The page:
Some of you may know me as the editor/publisher at Screaming Dreams. But what you may not realise is that I originally started out as an artist and designer. I only got into the publishing side of things as a side project a few years ago. The original SD website, which began life at the turn of the Millennium, was dedicated to my artwork only. Now I am coming full circle, in a way. This year I started working full time as a freelance designer. So my services are for hire, if you need any cover artwork or whatever!
For as long as I can remember I have always wanted to be an illustrator. I am fascinated by the way artwork can be used to great effect in a commercial environment, such as on book covers for example. So it's not just creating the artwork itself that interests me, it's the application of the work for a specific purpose. I enjoy doing the layouts and typography side of things, as well as the illustration, so working with books is perfect for me.
At Uni I didn't study illustration though, as at the time it had fallen out of favour in the education system. Instead I pursued a career in 3D design, specializing in product and furniture design. After Uni I started my own craft workshop making traditional wooden furniture, which I did happily for over 10 years. Unfortunately in the summer of 2008 I was admitted to hospital with a serious heart condition, so I had to give up the craft shop because of my health.
But as I'm not one to stay idle for too long I have been continuing with my artwork projects in the background, between all the hospital appointments. And this year I finally returned to working full time. Although I have to admit it's not the best time to be a freelance artist, with the economy in the state it's in right now. Commissions are not easy to come by at the moment and the pay isn't great, but it's something I enjoy doing and that's the main thing. If you are happy in your work then that's half the battle I think.
I enjoy working in a wide range of subjects, but I have to admit that the horror stuff is probably my favourite. Some of my earliest memories of TV are the old B&W horror movies and the Hammer films. I guess they left a permanent mark on me! I have always loved science fiction too and anything to do with space. I find these subjects very interesting to work with as they allow the artist's imagination to run wild. Getting paid to draw monsters and aliens is just so much fun that it doesn't even feel like "work" half of the time. That's not to say that it isn't hard work of course, because it's a very time-consuming business. But it's also fun too.
Although I was originally trained in using traditional media, these days most of my work is digital. I use a variety of 2D and 3D software to create my illustrations, with Photoshop playing a huge role my my life over the past decade. The evolution of computer graphics really has changed the way artists work now, although that's not to say there isn't still a place for more traditional art. In fact I'm trying to find the time to get back to my easel and oil paints too. As much as I love working digitally, I do also enjoy "real" drawing and painting as well. It's about finding the right balance and using whatever media is best suited to the job in hand.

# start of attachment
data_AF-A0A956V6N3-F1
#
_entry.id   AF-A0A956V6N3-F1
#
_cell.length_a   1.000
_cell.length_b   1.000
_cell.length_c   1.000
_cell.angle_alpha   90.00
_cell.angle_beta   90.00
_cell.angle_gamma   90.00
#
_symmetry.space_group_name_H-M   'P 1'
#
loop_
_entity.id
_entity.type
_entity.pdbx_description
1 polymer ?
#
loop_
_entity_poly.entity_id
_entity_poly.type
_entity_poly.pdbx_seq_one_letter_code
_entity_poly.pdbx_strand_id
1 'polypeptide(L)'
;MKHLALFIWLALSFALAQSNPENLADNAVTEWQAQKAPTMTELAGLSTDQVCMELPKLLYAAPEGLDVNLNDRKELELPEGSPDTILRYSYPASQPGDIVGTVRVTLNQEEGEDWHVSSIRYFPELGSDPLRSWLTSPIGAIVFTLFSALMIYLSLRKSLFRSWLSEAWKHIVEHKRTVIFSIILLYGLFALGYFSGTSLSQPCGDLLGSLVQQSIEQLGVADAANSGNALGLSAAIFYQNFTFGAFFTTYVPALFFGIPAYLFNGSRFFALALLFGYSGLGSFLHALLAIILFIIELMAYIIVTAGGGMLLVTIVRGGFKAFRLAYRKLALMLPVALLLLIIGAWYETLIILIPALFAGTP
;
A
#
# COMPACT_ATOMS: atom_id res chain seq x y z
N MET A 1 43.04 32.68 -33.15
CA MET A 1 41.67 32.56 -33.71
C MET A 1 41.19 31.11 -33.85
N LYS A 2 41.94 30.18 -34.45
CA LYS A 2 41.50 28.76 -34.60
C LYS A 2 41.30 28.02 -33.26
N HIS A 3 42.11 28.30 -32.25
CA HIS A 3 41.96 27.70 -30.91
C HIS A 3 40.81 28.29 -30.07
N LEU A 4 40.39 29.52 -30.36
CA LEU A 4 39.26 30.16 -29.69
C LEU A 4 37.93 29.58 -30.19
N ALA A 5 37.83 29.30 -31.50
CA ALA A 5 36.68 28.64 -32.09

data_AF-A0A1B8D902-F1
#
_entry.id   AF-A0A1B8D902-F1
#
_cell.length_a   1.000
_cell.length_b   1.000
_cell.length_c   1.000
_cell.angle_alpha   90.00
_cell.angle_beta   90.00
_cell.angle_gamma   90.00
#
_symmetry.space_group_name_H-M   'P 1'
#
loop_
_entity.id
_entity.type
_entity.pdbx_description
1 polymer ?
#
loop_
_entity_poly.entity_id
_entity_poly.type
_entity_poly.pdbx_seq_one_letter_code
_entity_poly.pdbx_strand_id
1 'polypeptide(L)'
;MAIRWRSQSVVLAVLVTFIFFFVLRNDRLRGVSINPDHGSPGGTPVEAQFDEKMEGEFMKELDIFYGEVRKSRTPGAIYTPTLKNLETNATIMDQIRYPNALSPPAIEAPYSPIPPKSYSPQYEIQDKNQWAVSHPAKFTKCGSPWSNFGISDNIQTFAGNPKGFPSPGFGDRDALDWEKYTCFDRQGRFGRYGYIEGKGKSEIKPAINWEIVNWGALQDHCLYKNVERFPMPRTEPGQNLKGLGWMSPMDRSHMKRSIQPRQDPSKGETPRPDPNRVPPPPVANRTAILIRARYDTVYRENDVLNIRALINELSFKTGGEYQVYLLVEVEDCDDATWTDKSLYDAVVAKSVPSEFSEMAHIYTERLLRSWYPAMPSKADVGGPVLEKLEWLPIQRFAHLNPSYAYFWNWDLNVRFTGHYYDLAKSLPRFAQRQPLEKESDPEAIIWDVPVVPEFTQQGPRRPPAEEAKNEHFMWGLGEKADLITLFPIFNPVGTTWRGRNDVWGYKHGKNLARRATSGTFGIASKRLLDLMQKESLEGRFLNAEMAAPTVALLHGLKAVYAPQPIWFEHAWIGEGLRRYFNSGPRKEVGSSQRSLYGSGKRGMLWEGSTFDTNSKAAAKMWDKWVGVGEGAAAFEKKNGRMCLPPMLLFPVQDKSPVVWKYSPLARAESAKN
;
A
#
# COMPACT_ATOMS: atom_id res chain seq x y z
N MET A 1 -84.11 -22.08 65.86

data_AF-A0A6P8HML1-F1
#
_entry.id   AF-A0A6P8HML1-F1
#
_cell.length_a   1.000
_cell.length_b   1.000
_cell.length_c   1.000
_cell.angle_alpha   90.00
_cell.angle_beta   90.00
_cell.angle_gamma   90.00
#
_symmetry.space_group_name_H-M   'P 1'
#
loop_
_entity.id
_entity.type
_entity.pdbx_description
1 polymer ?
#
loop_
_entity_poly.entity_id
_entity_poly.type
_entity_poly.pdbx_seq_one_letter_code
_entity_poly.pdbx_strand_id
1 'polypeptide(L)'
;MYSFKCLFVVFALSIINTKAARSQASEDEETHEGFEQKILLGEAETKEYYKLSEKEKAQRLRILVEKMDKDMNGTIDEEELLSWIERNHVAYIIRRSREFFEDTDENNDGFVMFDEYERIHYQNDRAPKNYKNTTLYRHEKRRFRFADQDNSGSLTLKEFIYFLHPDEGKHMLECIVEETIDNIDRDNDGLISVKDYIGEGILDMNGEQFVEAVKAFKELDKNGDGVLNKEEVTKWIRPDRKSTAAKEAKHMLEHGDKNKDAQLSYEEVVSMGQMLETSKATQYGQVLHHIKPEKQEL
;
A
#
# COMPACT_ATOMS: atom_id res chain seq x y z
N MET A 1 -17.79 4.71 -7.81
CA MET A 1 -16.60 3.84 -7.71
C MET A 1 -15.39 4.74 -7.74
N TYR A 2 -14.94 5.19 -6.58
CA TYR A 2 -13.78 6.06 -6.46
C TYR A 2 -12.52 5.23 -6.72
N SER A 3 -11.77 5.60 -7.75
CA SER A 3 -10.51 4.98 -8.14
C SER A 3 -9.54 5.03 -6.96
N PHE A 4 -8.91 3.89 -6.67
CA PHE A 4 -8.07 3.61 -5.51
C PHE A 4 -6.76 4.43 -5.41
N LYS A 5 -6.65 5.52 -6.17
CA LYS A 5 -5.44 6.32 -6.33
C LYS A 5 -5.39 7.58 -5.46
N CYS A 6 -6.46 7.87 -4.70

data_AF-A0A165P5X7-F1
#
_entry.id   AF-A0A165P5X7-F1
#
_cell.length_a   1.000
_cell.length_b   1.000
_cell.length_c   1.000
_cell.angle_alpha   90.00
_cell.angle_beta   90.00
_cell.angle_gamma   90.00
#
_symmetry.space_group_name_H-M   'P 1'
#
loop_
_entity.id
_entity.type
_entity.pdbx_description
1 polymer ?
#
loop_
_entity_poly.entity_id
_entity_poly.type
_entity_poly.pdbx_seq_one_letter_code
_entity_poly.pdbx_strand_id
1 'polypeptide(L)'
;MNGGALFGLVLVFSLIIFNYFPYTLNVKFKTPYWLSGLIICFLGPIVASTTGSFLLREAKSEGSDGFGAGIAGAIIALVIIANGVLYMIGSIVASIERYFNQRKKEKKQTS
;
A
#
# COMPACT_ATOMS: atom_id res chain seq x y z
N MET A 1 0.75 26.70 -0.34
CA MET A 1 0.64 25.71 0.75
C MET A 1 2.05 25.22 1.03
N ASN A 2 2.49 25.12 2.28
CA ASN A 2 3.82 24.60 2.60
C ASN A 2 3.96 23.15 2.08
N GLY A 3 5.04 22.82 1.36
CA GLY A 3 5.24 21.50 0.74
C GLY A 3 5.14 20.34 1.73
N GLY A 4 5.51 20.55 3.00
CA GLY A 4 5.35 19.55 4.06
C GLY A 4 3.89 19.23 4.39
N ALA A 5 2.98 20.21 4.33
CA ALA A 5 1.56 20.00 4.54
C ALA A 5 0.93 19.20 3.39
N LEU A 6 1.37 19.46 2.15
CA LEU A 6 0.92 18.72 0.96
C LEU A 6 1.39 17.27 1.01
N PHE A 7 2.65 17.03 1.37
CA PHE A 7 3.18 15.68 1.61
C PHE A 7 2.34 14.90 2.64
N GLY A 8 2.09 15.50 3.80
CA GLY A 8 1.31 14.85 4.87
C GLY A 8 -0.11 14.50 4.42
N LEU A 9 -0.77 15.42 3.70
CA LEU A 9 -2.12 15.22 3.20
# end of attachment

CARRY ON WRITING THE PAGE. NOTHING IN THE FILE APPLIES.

Being an artist can be a pretty solitary existence. Stuck in front of your computer (or easel) day after day, can leave you with little interaction with the outside world. Of course the Internet makes it easy to keep in touch with people online and allows you to share your work with the world, which is fantastic, but I also think it's very important to get out there in the "real world" too. Which is why I really enjoy attending the conventions and entering the art shows (and even organizing them sometimes). FantasyCon in particular has become an essential part of my annual calendar. I have made so many good friends there over the years and it really does feel like my second family now. It's great just to meet people face to face and chat about all the things you share an interest in. I highly recommend it.
On the subject of the Internet, it's essential that as an artist you have an online presence where you can display your work. There are so many different ways you can do this now, from blogs and social networking sites, to online art communities or even your own dedicated website. As I mentioned earlier, when I first started the Screaming Dreams website it was purely to display my own artwork galleries, but since then it's grown into other areas such as the publishing too. I've found this has worked out quite well for me though, as the art feeds off the books and vice versa. By doing the publishing it has also opened up more opportunities for my illustration work. That's actually how I started doing cover art for other small presses, after they got to know my work through the SD books. So it pays to be flexible I think and you often have to try different things in order to reach your ultimate goal.
Anyway, as long as I'm doing something creative with my time then I'm a happy man. So it's back to it now as I have a list of deadlines that is more scary than a horror story by Gary McMahon! Thanks for taking the time to read my ramblings here. Oh, and don't forget to visit my website at http://www.screamingdreams.com and check out the artwork gallery section. Remember, I am available for new commissions.